This week, Dr. Caroline Szczepanski sat down with the #ISCblog editors to share her exciting research on creating new materials that mimic the superadhesive or super-water resistant properties of natural surfaces. In her laboratory, Dr. Szczepanski studies and recreates surface properties that nature has perfected over thousands of years, and then harnesses and optimizes them for use in everyday products, such as contact lenses and rain boots. Read on to learn about how Dr. Szczepanski creates these surfaces in the laboratory.
What is your field of study?
My degrees are all in chemical engineering, so I’m trained in the core principles associated with that discipline, including kinetics, thermodynamics, and process design. However, my research (and thus what I spend the majority of my time working on) is in materials science, which as a field focuses on designing and discovering new solid materials. In particular, I try to design and discover new materials made from polymers.
What influenced you to pursue this path of work/study? Broadly speaking, my parents were supportive of my pursuit of studies in science and engineering. My mother was a chemistry teacher – and the first Chemistry class I ever took (at the age of 15) was taught by her! She had worked as an industrial chemist prior to teaching, so I remember her telling me stories of mishaps and adventures in her laboratory, and I thought that sounded exciting. I definitely have her to thank for my interest in Chemistry.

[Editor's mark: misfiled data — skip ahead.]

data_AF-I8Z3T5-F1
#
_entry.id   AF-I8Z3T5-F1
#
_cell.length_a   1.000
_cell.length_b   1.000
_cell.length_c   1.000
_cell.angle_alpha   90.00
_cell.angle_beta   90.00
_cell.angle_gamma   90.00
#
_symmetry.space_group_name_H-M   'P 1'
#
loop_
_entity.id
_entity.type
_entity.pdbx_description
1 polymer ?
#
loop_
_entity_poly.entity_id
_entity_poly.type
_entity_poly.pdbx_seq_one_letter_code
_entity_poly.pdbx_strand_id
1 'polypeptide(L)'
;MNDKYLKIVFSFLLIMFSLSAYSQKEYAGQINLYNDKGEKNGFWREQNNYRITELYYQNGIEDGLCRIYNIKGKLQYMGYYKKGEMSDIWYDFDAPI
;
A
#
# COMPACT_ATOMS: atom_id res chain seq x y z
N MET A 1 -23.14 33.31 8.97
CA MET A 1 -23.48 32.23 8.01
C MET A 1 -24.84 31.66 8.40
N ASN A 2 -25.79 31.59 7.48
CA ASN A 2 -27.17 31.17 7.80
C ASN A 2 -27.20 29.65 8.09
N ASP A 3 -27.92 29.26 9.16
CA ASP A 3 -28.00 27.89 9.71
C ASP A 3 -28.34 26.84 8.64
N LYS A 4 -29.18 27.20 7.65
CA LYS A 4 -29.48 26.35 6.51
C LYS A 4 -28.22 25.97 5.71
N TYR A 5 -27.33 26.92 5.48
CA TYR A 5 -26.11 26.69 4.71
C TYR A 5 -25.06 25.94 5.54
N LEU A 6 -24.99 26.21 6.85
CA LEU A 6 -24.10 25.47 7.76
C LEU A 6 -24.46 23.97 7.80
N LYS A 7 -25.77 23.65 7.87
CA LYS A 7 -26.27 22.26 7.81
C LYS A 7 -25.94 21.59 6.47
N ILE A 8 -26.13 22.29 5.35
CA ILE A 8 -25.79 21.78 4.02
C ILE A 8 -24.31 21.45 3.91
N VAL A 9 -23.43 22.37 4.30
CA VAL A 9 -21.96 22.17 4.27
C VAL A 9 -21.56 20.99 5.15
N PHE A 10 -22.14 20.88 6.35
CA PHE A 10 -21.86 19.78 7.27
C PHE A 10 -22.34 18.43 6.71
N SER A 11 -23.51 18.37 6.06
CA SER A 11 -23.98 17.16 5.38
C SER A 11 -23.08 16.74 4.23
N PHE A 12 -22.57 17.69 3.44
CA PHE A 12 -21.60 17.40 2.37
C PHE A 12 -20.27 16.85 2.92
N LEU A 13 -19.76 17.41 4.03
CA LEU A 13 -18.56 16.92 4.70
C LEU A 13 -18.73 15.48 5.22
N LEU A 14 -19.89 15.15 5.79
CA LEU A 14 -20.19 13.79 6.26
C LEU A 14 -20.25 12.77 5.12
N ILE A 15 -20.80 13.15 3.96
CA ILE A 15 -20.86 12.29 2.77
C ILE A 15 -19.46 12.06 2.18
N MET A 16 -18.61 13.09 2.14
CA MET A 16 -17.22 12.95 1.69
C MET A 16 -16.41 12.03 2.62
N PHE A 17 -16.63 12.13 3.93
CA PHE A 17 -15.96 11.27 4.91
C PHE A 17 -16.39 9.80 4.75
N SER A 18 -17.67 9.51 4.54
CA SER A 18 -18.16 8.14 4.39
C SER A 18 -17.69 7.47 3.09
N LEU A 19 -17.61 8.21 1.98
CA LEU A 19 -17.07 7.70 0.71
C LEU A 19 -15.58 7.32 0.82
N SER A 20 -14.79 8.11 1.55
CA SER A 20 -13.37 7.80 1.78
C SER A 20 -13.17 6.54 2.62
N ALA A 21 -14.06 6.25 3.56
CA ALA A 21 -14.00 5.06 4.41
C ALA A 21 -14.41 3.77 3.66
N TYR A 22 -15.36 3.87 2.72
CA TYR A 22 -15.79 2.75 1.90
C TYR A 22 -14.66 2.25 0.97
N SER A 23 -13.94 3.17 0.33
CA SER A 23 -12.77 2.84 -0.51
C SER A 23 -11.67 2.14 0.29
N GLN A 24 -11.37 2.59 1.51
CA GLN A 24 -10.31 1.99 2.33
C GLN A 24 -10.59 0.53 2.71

What path (education, life experience, etc.) led you to where you are now?
One great thing about working in research and science in general is that things are constantly changing and evolving. Because of this, as you progress in your career, there are more and more factors that influence what you choose to study or devote your time to.
For me, I started doing research at my undergraduate institution (Lafayette College) because I needed a summer job! I found that I liked the work a lot, and the professor who was my mentor in that position encouraged me to apply to other research opportunities and eventually graduate school. I ended up at the University of Colorado for my PhD, and it was my work there that got me involved in polymer science and engineering, specifically studying polymer networks formed using light. After I defended my PhD, I was interested in doing more work in the field of polymer science, but wanted to expand the applications I was exploring and the techniques I was using in my research. I moved to Nice, France for a post-doctoral research position, where I studied the design of interfaces. During my post-doc I learned a lot about biomimicry and how it is used in numerous polymer applications. So now, in my position as an Assistant Research Professor in Chemical & Biological Engineering at Northwestern I combine different aspects of what I have learned at each of these different stages of my career into my current research.